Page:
Business Management Platform MYOB has revealed the gender wage gap among employees of small and medium sized enterprises (SMEs) is sitting at 7.5% in favour of men, when comparing median hourly wages, and that women faced disproportionate challenges during the COVID-19 pandemic.
Twenty-six per cent of small businesses owners reported that during the pandemic increased caring responsibilities impacted more of their female employees than male. Fifteen per cent said women were more likely to be unable to work at their usual capacity, more than double that of men (6.4%). They were also twice as likely to face reduced job security, at 13% compared to 7%.
The analysis of MYOB’s anonymised data, representing more than a million SME employees, and accompanying survey of 1,000 SME owners and operators, was released this week in MYOB Success Report: SME Wages.
“The gender pay gap is a widely established concern across all sectors, with the WGEA calculating the gap, in terms of average earnings, to be 14.1% in favour of men,”1 said Helen Lea, Chief Employee Experience Officer at MYOB.
“On top of established and systemic challenges, the pandemic exacerbated many social and economic drivers that contribute to unequal outcomes for women. These were particularly apparent in the industries most impacted by COVID restrictions, such as hospitality and retail.”
Despite the gender pay gap, there is some cause for optimism. The survey results show flexible working practices, accelerated by the pandemic, benefited 11% of women, compared to 5% of men. Eleven per cent of respondents also reported the pandemic led to more increased wages for women, compared to 6% for men, and increased opportunities for 11% of women, compared to 6% for men.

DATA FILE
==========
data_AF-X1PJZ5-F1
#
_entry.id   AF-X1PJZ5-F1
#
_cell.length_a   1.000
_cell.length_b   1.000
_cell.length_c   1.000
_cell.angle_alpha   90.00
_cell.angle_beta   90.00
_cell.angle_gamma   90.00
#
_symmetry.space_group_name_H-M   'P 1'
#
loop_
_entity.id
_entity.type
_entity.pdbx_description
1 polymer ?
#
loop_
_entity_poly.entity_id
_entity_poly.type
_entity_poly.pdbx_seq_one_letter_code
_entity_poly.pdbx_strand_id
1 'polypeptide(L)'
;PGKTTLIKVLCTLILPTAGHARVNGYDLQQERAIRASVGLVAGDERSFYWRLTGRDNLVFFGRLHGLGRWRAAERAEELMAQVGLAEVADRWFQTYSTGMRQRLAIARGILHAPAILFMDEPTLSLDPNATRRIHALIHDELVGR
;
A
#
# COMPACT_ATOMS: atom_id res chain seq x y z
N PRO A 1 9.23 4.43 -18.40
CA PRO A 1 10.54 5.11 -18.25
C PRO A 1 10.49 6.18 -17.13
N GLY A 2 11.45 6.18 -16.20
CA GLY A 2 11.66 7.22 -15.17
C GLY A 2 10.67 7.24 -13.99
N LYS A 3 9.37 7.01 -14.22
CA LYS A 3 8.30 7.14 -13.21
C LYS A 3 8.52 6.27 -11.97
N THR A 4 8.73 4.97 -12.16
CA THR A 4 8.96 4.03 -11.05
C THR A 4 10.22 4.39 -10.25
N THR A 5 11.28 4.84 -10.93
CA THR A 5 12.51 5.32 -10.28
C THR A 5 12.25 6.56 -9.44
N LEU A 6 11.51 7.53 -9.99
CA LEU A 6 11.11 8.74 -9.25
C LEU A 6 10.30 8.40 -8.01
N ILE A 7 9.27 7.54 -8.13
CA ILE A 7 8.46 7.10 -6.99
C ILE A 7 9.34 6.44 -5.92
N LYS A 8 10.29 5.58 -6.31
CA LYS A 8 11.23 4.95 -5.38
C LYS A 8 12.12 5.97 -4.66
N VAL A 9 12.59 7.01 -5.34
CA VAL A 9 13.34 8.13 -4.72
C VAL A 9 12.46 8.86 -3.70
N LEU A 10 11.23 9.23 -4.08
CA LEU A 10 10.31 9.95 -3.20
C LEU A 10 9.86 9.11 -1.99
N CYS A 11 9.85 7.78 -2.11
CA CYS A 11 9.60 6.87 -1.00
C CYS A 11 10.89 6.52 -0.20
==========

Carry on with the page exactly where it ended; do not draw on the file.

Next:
Increasing wages overall is also a priority for 84% of SMEs, and more than half (51%) have increased wages in the last 12 months.
“Australia’s small and medium sized businesses are looking to return to a normal operating rhythm; however conditions remain difficult with labour shortages and cost of living putting significant pressure on businesses and employees alike,” Ms Lea said.
“Despite the challenges, these findings indicate the commitment of SMEs – the country’s largest employer – to deliver wage growth to the 7.6 million Australians they employ. By bringing awareness to the gender pay gap, and providing ways to action discrepancies, we hope to assist the sector to deliver more equitable outcomes for Australians.”
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MYOB is a leading business platform with a core purpose of helping more businesses in Australia and New Zealand start, survive and succeed. MYOB delivers end-to-end business, financial and accounting solutions direct to businesses employing between 0 and 1000 employees, alongside a network of accountants, bookkeepers and consultants. For more information visit myob.com or follow MYOB on LinkedIn.
About the report
MYOB engaged Geografia (geografia.com.au) to create the MYOB SME Indices by compiling key data points from MYOB’s ledger, invoices and payroll datasets. Businesses no longer operating and input error outliers were excluded, and seasonal adjustment15 employed to smooth out predictable cyclical variations. The MYOB SME Success Report: SME wages tracks the SME median hourly wage, with segmentation by gender and industry. The MYOB snapshot survey, commissioned by MYOB in conjunction with McCrindle, was conducted between 27 June 2022 and 4 July 2022. Findings are based on a sample of 1,038 Australians who manage and/or are an owner of a small-medium enterprise (businesses with up to 199 employees).
Gender Pay Gap Data, WGEA